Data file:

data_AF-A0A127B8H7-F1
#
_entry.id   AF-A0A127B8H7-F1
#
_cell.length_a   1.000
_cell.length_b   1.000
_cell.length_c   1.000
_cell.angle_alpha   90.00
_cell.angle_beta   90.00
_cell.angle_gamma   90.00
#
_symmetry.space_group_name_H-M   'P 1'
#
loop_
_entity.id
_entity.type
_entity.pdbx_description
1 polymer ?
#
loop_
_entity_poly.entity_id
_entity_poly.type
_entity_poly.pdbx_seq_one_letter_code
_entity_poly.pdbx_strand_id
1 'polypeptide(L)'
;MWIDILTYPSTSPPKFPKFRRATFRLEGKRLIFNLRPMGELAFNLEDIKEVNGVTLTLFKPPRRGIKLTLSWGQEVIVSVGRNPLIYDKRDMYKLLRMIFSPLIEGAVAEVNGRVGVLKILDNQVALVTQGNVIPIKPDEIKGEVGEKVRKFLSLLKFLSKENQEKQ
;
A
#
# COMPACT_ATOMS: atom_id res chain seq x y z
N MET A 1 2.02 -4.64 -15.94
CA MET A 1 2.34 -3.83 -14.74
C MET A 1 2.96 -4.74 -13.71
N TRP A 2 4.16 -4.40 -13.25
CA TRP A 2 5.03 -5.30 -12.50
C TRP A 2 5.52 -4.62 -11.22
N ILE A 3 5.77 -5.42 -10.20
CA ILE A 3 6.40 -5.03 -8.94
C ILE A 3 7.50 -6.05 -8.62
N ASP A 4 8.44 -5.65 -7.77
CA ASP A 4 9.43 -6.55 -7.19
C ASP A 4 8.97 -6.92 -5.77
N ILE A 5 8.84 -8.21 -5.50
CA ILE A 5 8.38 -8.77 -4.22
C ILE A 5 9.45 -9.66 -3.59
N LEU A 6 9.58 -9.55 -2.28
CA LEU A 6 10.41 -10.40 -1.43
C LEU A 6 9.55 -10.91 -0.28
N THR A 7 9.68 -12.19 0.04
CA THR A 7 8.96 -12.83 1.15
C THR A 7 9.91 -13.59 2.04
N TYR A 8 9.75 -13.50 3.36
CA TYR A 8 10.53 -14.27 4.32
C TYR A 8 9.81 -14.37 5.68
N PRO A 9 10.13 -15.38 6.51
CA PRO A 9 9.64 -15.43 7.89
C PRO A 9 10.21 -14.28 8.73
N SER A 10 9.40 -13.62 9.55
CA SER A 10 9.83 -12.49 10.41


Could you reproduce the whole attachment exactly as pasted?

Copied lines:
data_AF-A0A127B8H7-F1
#
_entry.id   AF-A0A127B8H7-F1
#
_cell.length_a   1.000
_cell.length_b   1.000
_cell.length_c   1.000
_cell.angle_alpha   90.00
_cell.angle_beta   90.00
_cell.angle_gamma   90.00
#
_symmetry.space_group_name_H-M   'P 1'
#
loop_
_entity.id
_entity.type
_entity.pdbx_description
1 polymer ?
#
loop_
_entity_poly.entity_id
_entity_poly.type
_entity_poly.pdbx_seq_one_letter_code
_entity_poly.pdbx_strand_id
1 'polypeptide(L)'
;MWIDILTYPSTSPPKFPKFRRATFRLEGKRLIFNLRPMGELAFNLEDIKEVNGVTLTLFKPPRRGIKLTLSWGQEVIVSVGRNPLIYDKRDMYKLLRMIFSPLIEGAVAEVNGRVGVLKILDNQVALVTQGNVIPIKPDEIKGEVGEKVRKFLSLLKFLSKENQEKQ
;
A
#
# COMPACT_ATOMS: atom_id res chain seq x y z
N MET A 1 2.02 -4.64 -15.94
CA MET A 1 2.34 -3.83 -14.74
C MET A 1 2.96 -4.74 -13.71
N TRP A 2 4.16 -4.40 -13.25
CA TRP A 2 5.03 -5.30 -12.50
C TRP A 2 5.52 -4.62 -11.22
N ILE A 3 5.77 -5.42 -10.20
CA ILE A 3 6.40 -5.03 -8.94
C ILE A 3 7.50 -6.05 -8.62
N ASP A 4 8.44 -5.65 -7.77
CA ASP A 4 9.43 -6.55 -7.19
C ASP A 4 8.97 -6.92 -5.77
N ILE A 5 8.84 -8.21 -5.50
CA ILE A 5 8.38 -8.77 -4.22
C ILE A 5 9.45 -9.66 -3.59
N LEU A 6 9.58 -9.55 -2.28
CA LEU A 6 10.41 -10.40 -1.43
C LEU A 6 9.55 -10.91 -0.28
N THR A 7 9.68 -12.19 0.04
CA THR A 7 8.96 -12.83 1.15
C THR A 7 9.91 -13.59 2.04
N TYR A 8 9.75 -13.50 3.36
CA TYR A 8 10.53 -14.27 4.32
C TYR A 8 9.81 -14.37 5.68
N PRO A 9 10.13 -15.38 6.51
CA PRO A 9 9.64 -15.43 7.89
C PRO A 9 10.21 -14.28 8.73
N SER A 10 9.40 -13.62 9.55
CA SER A 10 9.83 -12.49 10.41